Hoping this becomes regular and I’ll have time in the day, but at the moment I only manage work when little has gone to sleep at night… which is amazing work time, but means I don’t sleep enough.

    A very tired thea, who enjoyed your article very much 😉

  5. I really enjoyed this article! I basically squeeze in a full time workload into a part time work day, with only about 15-20 hours a week of childcare.

    >A few things that go a long, long, long way for me as a full time working stay at home mommy:
    1. My gym membership (which also is free because I teach a few classes at the gym) includes a wonderful playroom for kiddos. So I sneak in an hour workout and an hour of work on my laptop while my tot is happily playing with her peers and having her snack….all while I’m still in the building!
    2. I conduct a lot of business phone calls while walking my daughter in her jogging stroller around our neighborhood. Bonus: extra exercise which also boosts my brain power and energy!!
    3. When I am disciplined enough to go to bed early, getting up early and sneaking in a very focused, quiet hour or two of work time is like the equivalent of three or four hours of time later in the afternoon when I’m tired out!
    4. I agree with Bonnie – when my daughter is awake is when I get most of the housework and cooking done. She is getting to the age where she loves to “help” and can play a little more independently on her own alongside me while I work. And laundry basket rides are the best! 🙂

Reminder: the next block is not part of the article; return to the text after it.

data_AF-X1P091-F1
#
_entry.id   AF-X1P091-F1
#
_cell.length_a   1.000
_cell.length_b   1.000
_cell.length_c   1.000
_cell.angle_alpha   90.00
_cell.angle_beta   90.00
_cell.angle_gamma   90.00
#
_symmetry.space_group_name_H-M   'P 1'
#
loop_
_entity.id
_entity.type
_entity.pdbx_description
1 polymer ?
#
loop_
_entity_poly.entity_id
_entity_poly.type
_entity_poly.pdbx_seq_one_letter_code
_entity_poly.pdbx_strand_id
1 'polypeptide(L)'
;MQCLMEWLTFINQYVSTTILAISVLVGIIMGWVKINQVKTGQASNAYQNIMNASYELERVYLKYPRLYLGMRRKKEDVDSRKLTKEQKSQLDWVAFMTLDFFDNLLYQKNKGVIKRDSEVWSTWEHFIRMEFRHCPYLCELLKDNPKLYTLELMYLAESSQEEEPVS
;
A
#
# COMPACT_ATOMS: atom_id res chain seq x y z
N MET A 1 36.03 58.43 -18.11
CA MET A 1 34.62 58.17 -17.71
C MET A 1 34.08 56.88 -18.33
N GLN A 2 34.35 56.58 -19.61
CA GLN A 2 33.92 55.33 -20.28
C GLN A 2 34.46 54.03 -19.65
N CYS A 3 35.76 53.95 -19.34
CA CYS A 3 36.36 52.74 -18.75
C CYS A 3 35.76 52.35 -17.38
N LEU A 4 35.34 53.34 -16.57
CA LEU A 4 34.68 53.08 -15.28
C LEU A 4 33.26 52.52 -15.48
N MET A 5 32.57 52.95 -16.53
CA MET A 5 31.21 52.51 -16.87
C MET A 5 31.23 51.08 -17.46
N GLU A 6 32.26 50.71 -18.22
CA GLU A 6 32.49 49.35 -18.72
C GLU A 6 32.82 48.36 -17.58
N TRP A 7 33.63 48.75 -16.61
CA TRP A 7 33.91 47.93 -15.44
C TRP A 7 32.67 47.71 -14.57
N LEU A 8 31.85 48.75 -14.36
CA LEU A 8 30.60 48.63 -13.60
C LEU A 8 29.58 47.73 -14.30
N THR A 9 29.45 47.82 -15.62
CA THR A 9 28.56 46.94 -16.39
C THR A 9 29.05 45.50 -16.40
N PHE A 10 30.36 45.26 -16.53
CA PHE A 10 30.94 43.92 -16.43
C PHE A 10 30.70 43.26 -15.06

Thanks again for a great article!

  6. Hi Bonnie! Great post. Thank you so much for sharing your tips. I work from home also and have an 8 month old with me all day 🙂
    In her earlier months it was a lot easier to work and keep the day structured. Now that she’s crawling and climbing all over the place I’m facing new challenges.
    I completely agree with the shower/getting dressed tip. And also finding ways to get out!

    I know that every mother approaches schedules differently but as a work-at-home mom I have found that getting my daughter on a consistent nap routine is imperative. That way I can count on her consistent naps to get my work done, and then focus on her while she is awake.

    Thanks again for sharing! Great post.

    1. hi robin! oh, how fun! i can’t wait to see how things change as time goes a long. 🙂 and thank you for the advice, i agree, a routine nap schedule is a must! 🙂

      xox, bonnie

  7. Bonnie, thank you for a thoughtful and practical approach to the balancing act that is being a work-from-home mom. I would love to get regular updates from you as your little one grows! It seems every few months brings a new transition and change to my work/mom routine (my two-year-old doesn’t seem to understand the demands of my email inbox yet!) and it would be nice to be reminded that I am not alone in the challenge. 🙂

  8. Such a helpful article to read! As a work from home consultant and mom-to-be, I am already trying to figure out how to balance them both. Thank you for sharing, always great to read about successful work from home moms!